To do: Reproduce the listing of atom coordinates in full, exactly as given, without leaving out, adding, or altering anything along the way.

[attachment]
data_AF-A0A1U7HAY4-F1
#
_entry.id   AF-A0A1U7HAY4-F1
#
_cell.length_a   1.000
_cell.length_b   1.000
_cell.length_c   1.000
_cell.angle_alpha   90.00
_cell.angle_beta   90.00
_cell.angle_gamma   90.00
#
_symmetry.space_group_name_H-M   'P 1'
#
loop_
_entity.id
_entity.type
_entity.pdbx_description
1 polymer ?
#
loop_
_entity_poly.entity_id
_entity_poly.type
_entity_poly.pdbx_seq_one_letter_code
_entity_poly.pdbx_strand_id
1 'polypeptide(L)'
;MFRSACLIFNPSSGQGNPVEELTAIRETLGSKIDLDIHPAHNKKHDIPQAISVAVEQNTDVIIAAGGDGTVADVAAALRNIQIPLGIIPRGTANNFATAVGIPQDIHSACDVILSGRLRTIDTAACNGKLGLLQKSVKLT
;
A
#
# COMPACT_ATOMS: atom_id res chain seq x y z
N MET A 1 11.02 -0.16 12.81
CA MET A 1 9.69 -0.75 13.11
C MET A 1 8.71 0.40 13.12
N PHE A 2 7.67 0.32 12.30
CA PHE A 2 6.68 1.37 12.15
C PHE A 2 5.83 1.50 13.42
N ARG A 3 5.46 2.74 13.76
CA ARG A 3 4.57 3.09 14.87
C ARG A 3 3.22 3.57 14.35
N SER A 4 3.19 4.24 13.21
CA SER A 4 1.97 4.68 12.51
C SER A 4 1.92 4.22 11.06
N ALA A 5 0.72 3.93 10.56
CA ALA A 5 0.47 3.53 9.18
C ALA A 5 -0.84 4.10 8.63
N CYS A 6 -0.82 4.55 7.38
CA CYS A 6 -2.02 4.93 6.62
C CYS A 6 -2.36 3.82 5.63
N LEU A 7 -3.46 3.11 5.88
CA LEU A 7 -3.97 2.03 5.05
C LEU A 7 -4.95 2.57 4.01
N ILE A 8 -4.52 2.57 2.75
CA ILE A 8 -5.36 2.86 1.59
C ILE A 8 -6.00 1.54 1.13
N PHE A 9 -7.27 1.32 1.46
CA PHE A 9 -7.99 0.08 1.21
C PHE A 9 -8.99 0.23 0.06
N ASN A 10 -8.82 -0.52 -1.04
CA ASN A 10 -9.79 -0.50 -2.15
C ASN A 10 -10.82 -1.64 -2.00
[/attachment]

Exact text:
data_AF-A0A1U7HAY4-F1
#
_entry.id   AF-A0A1U7HAY4-F1
#
_cell.length_a   1.000
_cell.length_b   1.000
_cell.length_c   1.000
_cell.angle_alpha   90.00
_cell.angle_beta   90.00
_cell.angle_gamma   90.00
#
_symmetry.space_group_name_H-M   'P 1'
#
loop_
_entity.id
_entity.type
_entity.pdbx_description
1 polymer ?
#
loop_
_entity_poly.entity_id
_entity_poly.type
_entity_poly.pdbx_seq_one_letter_code
_entity_poly.pdbx_strand_id
1 'polypeptide(L)'
;MFRSACLIFNPSSGQGNPVEELTAIRETLGSKIDLDIHPAHNKKHDIPQAISVAVEQNTDVIIAAGGDGTVADVAAALRNIQIPLGIIPRGTANNFATAVGIPQDIHSACDVILSGRLRTIDTAACNGKLGLLQKSVKLT
;
A
#
# COMPACT_ATOMS: atom_id res chain seq x y z
N MET A 1 11.02 -0.16 12.81
CA MET A 1 9.69 -0.75 13.11
C MET A 1 8.71 0.40 13.12
N PHE A 2 7.67 0.32 12.30
CA PHE A 2 6.68 1.37 12.15
C PHE A 2 5.83 1.50 13.42
N ARG A 3 5.46 2.74 13.76
CA ARG A 3 4.57 3.09 14.87
C ARG A 3 3.22 3.57 14.35
N SER A 4 3.19 4.24 13.21
CA SER A 4 1.97 4.68 12.51
C SER A 4 1.92 4.22 11.06
N ALA A 5 0.72 3.93 10.56
CA ALA A 5 0.47 3.53 9.18
C ALA A 5 -0.84 4.10 8.63
N CYS A 6 -0.82 4.55 7.38
CA CYS A 6 -2.02 4.93 6.62
C CYS A 6 -2.36 3.82 5.63
N LEU A 7 -3.46 3.11 5.88
CA LEU A 7 -3.97 2.03 5.05
C LEU A 7 -4.95 2.57 4.01
N ILE A 8 -4.52 2.57 2.75
CA ILE A 8 -5.36 2.86 1.59
C ILE A 8 -6.00 1.54 1.13
N PHE A 9 -7.27 1.32 1.46
CA PHE A 9 -7.99 0.08 1.21
C PHE A 9 -8.99 0.23 0.06
N ASN A 10 -8.82 -0.52 -1.04
CA ASN A 10 -9.79 -0.50 -2.15
C ASN A 10 -10.82 -1.64 -2.00